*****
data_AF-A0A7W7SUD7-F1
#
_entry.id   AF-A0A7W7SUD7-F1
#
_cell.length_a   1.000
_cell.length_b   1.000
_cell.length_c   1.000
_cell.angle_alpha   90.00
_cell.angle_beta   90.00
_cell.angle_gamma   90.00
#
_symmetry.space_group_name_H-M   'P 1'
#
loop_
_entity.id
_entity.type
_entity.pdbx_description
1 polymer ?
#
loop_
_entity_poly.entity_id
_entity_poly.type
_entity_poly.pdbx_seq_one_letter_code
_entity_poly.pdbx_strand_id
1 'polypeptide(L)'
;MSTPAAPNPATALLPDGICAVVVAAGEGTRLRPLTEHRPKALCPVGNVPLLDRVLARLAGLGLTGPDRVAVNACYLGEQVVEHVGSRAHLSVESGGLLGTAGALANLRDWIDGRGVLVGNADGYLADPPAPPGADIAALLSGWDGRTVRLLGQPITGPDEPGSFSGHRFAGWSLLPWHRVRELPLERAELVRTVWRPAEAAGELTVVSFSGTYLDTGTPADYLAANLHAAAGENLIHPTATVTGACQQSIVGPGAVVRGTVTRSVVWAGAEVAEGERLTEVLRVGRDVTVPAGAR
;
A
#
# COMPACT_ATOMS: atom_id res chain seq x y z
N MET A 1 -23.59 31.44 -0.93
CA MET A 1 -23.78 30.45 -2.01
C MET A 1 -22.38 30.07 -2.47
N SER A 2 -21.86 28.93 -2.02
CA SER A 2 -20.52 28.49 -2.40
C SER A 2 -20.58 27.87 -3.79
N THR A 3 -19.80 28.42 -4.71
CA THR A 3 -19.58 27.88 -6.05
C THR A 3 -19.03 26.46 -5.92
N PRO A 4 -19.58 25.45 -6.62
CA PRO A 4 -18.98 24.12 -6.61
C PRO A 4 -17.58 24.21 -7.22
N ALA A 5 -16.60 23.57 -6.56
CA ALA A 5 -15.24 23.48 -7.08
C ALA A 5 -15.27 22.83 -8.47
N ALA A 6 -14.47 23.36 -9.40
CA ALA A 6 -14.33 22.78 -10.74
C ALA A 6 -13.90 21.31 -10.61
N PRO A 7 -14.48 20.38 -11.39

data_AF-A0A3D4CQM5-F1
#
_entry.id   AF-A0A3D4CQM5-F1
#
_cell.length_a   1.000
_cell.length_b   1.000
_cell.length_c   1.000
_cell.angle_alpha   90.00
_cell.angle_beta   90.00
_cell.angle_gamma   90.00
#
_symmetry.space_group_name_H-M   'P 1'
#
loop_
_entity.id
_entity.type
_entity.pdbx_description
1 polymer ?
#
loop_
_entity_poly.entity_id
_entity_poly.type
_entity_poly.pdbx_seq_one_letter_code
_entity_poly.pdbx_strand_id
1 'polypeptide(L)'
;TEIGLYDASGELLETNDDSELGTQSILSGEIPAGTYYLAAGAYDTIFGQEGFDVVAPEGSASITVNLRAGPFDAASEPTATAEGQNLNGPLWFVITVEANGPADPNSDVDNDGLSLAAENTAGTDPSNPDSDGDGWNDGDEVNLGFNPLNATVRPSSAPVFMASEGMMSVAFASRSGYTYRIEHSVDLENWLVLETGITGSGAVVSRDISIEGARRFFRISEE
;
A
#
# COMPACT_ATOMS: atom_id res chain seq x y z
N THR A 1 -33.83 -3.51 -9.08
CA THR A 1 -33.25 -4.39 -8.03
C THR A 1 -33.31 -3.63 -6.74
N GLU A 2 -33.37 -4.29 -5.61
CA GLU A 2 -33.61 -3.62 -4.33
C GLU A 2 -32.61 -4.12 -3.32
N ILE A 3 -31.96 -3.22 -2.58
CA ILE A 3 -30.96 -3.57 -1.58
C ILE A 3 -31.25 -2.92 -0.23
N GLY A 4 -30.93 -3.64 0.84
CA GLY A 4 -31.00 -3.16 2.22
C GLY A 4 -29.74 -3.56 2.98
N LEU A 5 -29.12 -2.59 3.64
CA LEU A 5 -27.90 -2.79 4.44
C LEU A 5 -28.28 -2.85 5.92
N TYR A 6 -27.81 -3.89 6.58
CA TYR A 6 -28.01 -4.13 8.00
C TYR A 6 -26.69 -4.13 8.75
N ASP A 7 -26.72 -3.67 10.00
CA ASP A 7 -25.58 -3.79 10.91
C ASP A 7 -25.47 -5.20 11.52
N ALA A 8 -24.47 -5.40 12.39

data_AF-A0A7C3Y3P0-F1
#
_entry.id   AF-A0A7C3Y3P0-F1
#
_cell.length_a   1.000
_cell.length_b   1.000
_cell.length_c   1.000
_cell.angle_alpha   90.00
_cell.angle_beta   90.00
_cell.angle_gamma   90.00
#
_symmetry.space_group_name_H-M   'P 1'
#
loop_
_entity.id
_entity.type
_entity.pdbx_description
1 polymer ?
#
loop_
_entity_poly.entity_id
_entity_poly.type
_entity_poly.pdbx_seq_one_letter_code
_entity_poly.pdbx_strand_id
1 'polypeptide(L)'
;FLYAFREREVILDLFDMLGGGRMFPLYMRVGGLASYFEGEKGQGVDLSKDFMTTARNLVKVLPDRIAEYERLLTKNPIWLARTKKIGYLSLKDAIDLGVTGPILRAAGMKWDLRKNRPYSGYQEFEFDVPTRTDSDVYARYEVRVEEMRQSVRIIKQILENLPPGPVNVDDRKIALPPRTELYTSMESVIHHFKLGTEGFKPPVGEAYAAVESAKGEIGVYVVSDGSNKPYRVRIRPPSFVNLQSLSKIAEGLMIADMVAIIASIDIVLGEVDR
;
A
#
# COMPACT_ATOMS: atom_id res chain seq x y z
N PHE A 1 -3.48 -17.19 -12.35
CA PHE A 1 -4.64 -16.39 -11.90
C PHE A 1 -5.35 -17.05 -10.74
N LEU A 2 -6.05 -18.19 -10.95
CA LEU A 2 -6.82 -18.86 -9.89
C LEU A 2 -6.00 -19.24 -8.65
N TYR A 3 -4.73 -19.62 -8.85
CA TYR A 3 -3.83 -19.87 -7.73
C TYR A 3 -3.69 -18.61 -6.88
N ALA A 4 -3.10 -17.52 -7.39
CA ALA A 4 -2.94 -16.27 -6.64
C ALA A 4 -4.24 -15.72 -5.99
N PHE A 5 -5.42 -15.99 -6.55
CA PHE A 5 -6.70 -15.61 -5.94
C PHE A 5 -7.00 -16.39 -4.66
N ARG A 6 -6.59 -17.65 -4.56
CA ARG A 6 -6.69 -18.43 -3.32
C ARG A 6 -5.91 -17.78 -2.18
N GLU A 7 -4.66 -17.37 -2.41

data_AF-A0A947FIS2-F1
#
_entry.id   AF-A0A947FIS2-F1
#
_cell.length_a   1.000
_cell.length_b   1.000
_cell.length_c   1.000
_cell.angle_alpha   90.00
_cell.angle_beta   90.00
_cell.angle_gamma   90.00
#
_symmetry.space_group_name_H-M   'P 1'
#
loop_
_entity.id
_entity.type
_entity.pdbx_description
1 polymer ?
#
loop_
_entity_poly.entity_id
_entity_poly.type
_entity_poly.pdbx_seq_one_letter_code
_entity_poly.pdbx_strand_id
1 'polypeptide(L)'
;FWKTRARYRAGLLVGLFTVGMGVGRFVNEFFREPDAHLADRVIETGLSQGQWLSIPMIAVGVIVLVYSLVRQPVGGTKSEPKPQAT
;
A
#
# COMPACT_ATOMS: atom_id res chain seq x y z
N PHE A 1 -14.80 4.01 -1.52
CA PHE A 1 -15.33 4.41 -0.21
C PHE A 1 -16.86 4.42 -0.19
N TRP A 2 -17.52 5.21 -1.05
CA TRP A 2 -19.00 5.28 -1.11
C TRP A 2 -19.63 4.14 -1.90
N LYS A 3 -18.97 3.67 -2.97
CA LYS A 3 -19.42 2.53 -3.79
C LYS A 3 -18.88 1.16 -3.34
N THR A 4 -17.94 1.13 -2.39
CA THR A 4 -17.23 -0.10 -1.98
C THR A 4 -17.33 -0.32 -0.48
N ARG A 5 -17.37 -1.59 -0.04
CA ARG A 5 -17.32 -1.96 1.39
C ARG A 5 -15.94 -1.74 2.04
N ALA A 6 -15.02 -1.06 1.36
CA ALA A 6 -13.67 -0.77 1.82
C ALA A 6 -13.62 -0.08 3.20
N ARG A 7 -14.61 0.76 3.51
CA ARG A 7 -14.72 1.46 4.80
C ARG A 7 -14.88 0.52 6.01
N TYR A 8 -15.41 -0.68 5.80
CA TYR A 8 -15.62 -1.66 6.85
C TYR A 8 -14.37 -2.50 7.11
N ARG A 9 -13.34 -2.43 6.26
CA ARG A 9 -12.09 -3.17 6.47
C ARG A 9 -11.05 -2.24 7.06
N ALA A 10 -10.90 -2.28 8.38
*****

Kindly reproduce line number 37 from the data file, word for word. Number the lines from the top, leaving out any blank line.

N THR A 3 -19.80 28.42 -4.71